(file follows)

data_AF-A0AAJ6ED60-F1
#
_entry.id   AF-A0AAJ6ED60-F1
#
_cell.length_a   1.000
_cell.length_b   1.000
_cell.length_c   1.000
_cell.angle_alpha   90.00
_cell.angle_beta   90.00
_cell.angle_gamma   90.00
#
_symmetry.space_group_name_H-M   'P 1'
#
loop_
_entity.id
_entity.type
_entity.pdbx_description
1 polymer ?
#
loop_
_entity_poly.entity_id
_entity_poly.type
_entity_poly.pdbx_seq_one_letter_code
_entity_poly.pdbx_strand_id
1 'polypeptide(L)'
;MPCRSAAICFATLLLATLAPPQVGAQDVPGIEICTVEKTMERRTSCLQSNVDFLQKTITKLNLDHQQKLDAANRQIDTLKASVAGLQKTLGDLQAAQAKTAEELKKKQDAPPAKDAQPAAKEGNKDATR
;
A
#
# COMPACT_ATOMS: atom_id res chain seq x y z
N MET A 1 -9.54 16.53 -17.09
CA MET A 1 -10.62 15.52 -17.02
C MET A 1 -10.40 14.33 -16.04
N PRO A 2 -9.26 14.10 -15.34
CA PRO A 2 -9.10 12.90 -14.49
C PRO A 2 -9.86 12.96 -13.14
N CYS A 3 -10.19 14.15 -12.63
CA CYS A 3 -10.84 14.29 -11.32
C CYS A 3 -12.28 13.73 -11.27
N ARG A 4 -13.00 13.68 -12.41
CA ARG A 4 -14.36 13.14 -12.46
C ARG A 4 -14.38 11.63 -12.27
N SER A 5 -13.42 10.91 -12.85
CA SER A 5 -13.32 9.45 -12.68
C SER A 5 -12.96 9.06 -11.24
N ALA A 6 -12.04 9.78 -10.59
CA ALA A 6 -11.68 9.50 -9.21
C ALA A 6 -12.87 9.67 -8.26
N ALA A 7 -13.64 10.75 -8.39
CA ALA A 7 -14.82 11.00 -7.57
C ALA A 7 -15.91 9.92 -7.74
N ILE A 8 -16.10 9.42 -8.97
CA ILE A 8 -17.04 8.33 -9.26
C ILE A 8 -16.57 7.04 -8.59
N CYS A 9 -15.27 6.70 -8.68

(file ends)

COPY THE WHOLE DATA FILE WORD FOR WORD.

data_AF-A0AAJ6ED60-F1
#
_entry.id   AF-A0AAJ6ED60-F1
#
_cell.length_a   1.000
_cell.length_b   1.000
_cell.length_c   1.000
_cell.angle_alpha   90.00
_cell.angle_beta   90.00
_cell.angle_gamma   90.00
#
_symmetry.space_group_name_H-M   'P 1'
#
loop_
_entity.id
_entity.type
_entity.pdbx_description
1 polymer ?
#
loop_
_entity_poly.entity_id
_entity_poly.type
_entity_poly.pdbx_seq_one_letter_code
_entity_poly.pdbx_strand_id
1 'polypeptide(L)'
;MPCRSAAICFATLLLATLAPPQVGAQDVPGIEICTVEKTMERRTSCLQSNVDFLQKTITKLNLDHQQKLDAANRQIDTLKASVAGLQKTLGDLQAAQAKTAEELKKKQDAPPAKDAQPAAKEGNKDATR
;
A
#
# COMPACT_ATOMS: atom_id res chain seq x y z
N MET A 1 -9.54 16.53 -17.09
CA MET A 1 -10.62 15.52 -17.02
C MET A 1 -10.40 14.33 -16.04
N PRO A 2 -9.26 14.10 -15.34
CA PRO A 2 -9.10 12.90 -14.49
C PRO A 2 -9.86 12.96 -13.14
N CYS A 3 -10.19 14.15 -12.63
CA CYS A 3 -10.84 14.29 -11.32
C CYS A 3 -12.28 13.73 -11.27
N ARG A 4 -13.00 13.68 -12.41
CA ARG A 4 -14.36 13.14 -12.46
C ARG A 4 -14.38 11.63 -12.27
N SER A 5 -13.42 10.91 -12.85
CA SER A 5 -13.32 9.45 -12.68
C SER A 5 -12.96 9.06 -11.24
N ALA A 6 -12.04 9.78 -10.59
CA ALA A 6 -11.68 9.50 -9.21
C ALA A 6 -12.87 9.67 -8.26
N ALA A 7 -13.64 10.75 -8.39
CA ALA A 7 -14.82 11.00 -7.57
C ALA A 7 -15.91 9.92 -7.74
N ILE A 8 -16.10 9.42 -8.97
CA ILE A 8 -17.04 8.33 -9.26
C ILE A 8 -16.57 7.04 -8.59
N CYS A 9 -15.27 6.70 -8.68